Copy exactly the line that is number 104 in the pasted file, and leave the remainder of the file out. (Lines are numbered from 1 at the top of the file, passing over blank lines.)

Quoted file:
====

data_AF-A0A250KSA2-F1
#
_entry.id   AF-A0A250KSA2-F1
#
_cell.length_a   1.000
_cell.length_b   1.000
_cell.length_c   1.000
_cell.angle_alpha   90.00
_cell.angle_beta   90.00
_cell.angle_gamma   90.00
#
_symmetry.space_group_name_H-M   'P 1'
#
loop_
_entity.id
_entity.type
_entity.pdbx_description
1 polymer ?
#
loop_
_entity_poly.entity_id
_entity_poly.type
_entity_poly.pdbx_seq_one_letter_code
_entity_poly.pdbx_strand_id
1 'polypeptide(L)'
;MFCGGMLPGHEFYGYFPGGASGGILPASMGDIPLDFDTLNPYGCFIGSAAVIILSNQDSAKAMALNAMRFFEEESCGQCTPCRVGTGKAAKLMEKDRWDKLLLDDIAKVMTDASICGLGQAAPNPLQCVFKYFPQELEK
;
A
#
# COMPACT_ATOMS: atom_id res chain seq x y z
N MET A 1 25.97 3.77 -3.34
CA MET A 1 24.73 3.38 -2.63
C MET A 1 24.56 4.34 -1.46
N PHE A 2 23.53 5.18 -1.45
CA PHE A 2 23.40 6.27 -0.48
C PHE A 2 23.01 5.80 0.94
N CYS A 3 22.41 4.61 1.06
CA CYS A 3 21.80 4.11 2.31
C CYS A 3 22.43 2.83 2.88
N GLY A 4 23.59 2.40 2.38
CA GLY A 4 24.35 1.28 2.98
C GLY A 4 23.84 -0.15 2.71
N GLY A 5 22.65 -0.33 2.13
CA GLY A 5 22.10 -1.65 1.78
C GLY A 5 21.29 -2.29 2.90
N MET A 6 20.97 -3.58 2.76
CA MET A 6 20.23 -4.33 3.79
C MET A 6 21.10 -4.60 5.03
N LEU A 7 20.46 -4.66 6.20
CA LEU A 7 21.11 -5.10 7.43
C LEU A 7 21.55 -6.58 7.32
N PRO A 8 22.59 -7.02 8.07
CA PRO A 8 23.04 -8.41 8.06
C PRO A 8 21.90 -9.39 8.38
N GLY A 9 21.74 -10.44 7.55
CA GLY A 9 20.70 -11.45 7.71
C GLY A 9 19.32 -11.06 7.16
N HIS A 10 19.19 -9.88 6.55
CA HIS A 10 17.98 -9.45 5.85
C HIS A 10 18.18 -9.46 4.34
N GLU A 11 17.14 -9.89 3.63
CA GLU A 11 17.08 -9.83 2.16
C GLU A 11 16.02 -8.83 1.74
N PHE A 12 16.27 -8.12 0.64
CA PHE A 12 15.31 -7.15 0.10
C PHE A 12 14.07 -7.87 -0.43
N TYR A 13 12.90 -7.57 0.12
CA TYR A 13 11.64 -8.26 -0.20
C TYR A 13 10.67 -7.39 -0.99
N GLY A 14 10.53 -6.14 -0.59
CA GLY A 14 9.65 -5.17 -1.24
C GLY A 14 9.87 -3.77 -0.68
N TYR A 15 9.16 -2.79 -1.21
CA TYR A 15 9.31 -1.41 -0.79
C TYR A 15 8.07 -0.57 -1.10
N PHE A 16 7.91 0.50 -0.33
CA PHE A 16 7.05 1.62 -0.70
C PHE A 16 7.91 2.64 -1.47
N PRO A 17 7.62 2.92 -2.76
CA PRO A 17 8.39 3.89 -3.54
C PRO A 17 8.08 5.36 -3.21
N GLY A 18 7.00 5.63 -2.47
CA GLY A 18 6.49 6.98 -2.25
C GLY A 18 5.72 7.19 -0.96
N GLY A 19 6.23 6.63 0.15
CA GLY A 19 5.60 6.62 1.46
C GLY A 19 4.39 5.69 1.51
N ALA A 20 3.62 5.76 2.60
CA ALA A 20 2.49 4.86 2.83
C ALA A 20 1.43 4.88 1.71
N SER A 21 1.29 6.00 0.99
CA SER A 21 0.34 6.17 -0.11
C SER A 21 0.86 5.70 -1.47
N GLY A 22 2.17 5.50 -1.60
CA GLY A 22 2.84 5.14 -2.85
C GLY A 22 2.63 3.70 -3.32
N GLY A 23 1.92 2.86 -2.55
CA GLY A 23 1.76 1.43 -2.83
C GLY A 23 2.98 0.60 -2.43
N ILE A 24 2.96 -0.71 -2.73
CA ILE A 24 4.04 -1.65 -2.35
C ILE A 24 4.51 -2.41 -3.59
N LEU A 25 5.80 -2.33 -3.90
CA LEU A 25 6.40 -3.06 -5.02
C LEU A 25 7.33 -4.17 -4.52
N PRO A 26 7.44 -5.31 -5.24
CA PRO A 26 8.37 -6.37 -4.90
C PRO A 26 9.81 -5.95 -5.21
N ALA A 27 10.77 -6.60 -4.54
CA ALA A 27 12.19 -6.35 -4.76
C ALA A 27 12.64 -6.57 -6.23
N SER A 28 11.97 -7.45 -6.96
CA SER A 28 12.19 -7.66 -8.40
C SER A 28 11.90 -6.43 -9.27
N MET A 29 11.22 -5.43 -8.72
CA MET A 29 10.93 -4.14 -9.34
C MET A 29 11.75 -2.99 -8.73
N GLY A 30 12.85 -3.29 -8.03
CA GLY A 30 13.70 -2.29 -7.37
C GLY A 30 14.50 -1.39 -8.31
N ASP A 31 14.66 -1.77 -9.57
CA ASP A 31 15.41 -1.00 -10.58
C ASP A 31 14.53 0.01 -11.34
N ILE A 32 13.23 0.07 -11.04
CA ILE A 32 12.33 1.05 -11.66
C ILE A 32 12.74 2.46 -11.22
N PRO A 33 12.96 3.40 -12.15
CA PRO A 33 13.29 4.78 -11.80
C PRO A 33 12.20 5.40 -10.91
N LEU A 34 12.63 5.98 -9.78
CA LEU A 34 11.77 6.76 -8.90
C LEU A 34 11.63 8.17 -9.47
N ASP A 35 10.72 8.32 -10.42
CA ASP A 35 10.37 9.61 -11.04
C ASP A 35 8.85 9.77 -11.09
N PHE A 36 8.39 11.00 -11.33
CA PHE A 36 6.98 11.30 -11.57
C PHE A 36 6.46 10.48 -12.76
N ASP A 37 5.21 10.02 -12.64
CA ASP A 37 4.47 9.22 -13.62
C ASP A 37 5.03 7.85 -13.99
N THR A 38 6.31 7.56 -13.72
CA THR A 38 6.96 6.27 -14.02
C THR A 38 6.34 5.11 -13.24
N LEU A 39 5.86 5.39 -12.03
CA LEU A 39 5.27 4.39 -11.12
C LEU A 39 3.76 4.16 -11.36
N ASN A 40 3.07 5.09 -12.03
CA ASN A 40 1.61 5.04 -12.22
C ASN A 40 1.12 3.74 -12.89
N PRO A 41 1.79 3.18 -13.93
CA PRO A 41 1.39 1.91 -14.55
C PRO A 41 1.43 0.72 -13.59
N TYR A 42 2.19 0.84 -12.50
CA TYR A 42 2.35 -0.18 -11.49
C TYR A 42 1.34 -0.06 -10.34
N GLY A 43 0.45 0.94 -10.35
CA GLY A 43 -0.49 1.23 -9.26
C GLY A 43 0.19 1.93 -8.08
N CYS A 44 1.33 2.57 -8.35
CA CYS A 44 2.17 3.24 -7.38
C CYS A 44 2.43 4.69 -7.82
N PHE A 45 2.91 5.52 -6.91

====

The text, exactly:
CA LEU A 25 6.40 -3.06 -5.02